a barbed wire fence.

The concept of right and wrong
Is outmoded, and pilloried,
left, right, and centre.
Like grammar, and the Oxford comma,
it makes no sense to so many.
A look of something like pity
transpires; a clouded look, silence,
and a shoulder shrug.

When you say that ‘it’s the right thing to do’;
show compassion, or believe in the best
of humanity, heckles arise. Suddenly
you are persona non grata, and you may
as well have spat on their shoe, vomited,
or poisoned their food.

It seems like goodness
has no place; its image is tarnished.
And my belief slips further and further away.
Like fractions of shell; floating,
in a bowl of cracked egg.

 

Claire Sexton is a Welsh poet and writer living and working in London. She loves poetry, fruit tea and cats, and has been published in Ink, Sweat and Tears, Peeking Cat Poetry, Amaryllis, Word Life – Now Then Magazine, and Light – journal of photography and poetry.

Cathedral (I) – a poem by Jen Rouse

Cathedral I

Once I worshipped Paris
from the top of Sacré-Coeur,
spent my last genuflect-moment
at the tattered train
of Notre Dame, bathing
in biblical light. In the crypts
of St. Paul, I wept.
I am called to the word cathedral,
where the mother city lives—
come into her body,
the gentle rocking womb of her,
curl up on a pew, whisper
what you want. Call it sanctuary.
Do you need to be forgiven
or found? Will it be faith
or fortitude in the end? Is this really
only a wicked reward system?
Then why return? She responds
to your sadness with architecture.

In her hands, the scaffolding &
centering frames. She smiles and says
lift each stone now. This could
take centuries. And yet they were
cut to fit together perfectly. You
know this. The weight you can bear,
the entire roof on your shoulders.
It’s as simple as constructing an arch.
Watch as she tears down
what lies beneath you.

 

Jen Rouse’s poems have appeared in Poetry, Poet Lore, Pretty Owl, The Tishman Review, The Inflectionist Review, Midwestern Gothic, Sinister Wisdom, and elsewhere. She has work forthcoming in Up the Staircase, the CDC Poetry Project, Parentheses, and Sliver of Stone. Rouse’s chapbook, Acid and Tender, was published in 2016 by Headmistress Press. Find her at jen-rouse.com and on Twitter @jrouse.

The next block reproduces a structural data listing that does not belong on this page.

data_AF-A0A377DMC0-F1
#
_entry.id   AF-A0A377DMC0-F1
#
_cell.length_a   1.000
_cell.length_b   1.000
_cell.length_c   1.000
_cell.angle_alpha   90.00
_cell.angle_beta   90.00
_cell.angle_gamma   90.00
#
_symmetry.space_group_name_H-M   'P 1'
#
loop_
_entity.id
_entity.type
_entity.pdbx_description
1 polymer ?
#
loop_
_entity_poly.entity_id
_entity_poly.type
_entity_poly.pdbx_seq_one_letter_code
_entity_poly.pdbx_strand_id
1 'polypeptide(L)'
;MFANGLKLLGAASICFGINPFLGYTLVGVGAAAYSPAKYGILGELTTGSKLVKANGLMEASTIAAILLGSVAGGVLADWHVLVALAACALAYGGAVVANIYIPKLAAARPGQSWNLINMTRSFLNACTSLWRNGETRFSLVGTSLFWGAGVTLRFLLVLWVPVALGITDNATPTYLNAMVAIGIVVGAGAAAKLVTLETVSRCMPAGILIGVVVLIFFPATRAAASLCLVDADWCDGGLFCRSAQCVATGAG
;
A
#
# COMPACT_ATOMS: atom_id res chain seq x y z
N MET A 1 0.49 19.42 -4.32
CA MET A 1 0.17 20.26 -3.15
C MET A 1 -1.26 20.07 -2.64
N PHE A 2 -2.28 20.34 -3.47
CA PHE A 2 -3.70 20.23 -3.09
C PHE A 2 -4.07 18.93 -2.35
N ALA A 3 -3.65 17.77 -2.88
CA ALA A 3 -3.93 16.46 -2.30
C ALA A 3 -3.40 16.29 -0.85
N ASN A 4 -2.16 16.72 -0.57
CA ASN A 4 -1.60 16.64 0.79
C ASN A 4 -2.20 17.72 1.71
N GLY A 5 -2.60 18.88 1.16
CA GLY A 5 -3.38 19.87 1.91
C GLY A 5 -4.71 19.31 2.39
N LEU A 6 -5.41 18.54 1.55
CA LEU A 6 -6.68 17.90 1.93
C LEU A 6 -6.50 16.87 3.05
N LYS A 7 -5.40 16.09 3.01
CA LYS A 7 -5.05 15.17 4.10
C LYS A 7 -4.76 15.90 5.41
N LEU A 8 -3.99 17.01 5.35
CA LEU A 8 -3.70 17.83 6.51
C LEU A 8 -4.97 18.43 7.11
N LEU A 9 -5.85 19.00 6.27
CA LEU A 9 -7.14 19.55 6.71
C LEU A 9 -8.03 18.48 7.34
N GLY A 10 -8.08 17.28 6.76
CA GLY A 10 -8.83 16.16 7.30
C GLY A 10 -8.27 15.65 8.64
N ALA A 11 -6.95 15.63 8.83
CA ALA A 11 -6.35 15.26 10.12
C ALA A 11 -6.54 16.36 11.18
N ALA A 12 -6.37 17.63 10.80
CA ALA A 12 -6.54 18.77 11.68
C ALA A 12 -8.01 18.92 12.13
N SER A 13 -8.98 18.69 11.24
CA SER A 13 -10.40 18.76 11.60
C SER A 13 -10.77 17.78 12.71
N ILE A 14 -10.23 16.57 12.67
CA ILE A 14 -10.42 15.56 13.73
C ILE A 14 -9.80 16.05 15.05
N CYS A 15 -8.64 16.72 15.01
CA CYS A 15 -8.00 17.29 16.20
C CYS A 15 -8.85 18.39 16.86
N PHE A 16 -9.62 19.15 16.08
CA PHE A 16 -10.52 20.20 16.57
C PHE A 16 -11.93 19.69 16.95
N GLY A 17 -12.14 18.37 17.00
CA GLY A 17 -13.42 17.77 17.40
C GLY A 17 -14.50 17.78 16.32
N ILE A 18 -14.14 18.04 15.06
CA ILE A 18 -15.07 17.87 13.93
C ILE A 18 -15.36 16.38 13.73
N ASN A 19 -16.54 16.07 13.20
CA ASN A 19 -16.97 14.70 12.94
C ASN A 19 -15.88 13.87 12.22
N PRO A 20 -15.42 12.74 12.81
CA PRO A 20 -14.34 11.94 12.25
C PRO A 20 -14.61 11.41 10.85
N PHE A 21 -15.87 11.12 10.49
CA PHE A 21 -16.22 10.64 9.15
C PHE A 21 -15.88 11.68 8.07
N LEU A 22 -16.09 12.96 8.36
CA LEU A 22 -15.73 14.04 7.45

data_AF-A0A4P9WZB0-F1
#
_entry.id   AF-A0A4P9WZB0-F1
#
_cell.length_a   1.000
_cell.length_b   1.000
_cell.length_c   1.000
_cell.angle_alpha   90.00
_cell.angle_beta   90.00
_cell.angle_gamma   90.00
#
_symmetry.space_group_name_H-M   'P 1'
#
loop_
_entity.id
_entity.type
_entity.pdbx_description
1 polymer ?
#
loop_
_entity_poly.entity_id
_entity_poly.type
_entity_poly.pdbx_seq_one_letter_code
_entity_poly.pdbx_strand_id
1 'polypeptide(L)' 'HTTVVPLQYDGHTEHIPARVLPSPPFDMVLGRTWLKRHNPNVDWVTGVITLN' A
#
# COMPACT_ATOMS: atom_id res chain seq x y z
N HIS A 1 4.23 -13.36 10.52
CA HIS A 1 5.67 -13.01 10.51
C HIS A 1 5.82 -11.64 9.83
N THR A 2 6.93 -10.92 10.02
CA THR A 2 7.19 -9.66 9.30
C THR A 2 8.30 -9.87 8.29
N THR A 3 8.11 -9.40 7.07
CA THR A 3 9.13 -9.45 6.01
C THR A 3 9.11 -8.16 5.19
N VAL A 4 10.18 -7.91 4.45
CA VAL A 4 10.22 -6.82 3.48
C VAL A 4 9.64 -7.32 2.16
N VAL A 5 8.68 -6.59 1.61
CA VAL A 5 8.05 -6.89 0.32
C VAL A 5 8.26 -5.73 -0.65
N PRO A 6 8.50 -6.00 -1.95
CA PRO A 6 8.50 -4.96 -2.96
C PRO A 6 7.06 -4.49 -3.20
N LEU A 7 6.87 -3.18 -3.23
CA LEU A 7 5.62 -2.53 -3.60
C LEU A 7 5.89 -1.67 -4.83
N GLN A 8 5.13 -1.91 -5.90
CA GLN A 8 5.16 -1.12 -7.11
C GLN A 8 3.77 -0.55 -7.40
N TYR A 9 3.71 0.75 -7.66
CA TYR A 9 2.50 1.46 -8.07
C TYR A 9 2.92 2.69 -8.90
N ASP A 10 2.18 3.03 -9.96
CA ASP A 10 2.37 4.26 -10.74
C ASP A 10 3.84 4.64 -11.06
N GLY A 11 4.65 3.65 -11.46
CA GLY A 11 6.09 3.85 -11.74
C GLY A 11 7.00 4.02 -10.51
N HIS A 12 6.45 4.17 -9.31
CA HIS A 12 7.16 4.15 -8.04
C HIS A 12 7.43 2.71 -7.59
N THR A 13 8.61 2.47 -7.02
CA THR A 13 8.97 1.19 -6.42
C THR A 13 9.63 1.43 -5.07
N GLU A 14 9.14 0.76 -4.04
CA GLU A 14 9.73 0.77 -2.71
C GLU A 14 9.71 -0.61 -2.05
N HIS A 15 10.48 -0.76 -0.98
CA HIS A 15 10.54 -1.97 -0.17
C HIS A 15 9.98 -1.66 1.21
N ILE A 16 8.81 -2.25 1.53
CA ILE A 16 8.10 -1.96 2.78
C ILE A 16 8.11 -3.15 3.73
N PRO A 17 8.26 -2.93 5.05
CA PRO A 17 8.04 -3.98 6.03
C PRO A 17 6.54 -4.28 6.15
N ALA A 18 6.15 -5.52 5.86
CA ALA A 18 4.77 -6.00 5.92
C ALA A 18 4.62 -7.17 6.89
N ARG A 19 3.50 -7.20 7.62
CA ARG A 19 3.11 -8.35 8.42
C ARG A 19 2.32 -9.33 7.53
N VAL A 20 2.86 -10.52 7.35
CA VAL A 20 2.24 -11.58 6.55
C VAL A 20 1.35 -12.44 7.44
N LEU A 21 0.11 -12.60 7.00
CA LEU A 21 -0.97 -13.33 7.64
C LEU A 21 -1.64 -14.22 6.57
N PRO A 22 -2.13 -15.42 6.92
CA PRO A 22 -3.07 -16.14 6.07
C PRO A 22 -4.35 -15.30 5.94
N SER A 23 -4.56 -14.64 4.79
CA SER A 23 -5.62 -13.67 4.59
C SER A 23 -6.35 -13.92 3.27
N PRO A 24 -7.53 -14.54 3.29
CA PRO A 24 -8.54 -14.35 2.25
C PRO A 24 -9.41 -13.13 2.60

House of Words – a poem by Jim Aitken

House of Words

I walk the empty aisles and sit
along a row of empty seats.
The faded fresco above me
seems to invite a form of words.

And words seem to be everywhere –
from stone columns to wooden beams,
from the altar to the lectern –
they fill the air in words once said.

In the corners of the roof tops
some prayers lie between the cracks
and from the Stations of the Cross
they discolour the old varnish.

Arches of stone support the words
that have been uttered in deep faith
and all of the stained glass windows
have prevented them escaping.

Millions of words like far-off stars
light up the darkness of the night.
They formed just like stars and burst
out in hope of a better world.

And right now they shower the floor –
supplications and confessions
and petitions of every kind –
then rise like invisible dust.

 

Jim Aitken is a poet and dramatist living in Edinburgh where he also tutors in Scottish Cultural Studies. His last collection of poems was called Flutterings, published by Red Rose Press in 2016 and his last play was Muriel of Leith, produced by Spartaki for the Leith Festival in 2017. Jim also tutors in Creative Writing and takes groups on Literary Walks around Edinburgh.

Statueing – a poem by Wayne-Daniel Berard

Statueing

No one said
Enlightenment
would mean
this your joy
unbearable
to those you
bear. “Thank you
thank you” they
weep as they
back away changing
next to nothing
grateful for your
being right there
way over there
but locking
the temple doors
from the outside
a switch to flick

how dark is
this enlightening.

Wayne-Daniel Berard teaches English and Humanities at Nichols College in Dudley, MA. Wayne-Daniel is a Peace Chaplain, an interfaith clergy person, and a member of B’nai Or of Boston. He has published widely in both poetry and prose, and is the co-founding editor of Soul-Lit, an online journal of spiritual poetry. His latest chapbook is Christine Day, Love Poems. He lives in Mansfield, MA with his wife, The Lovely Christine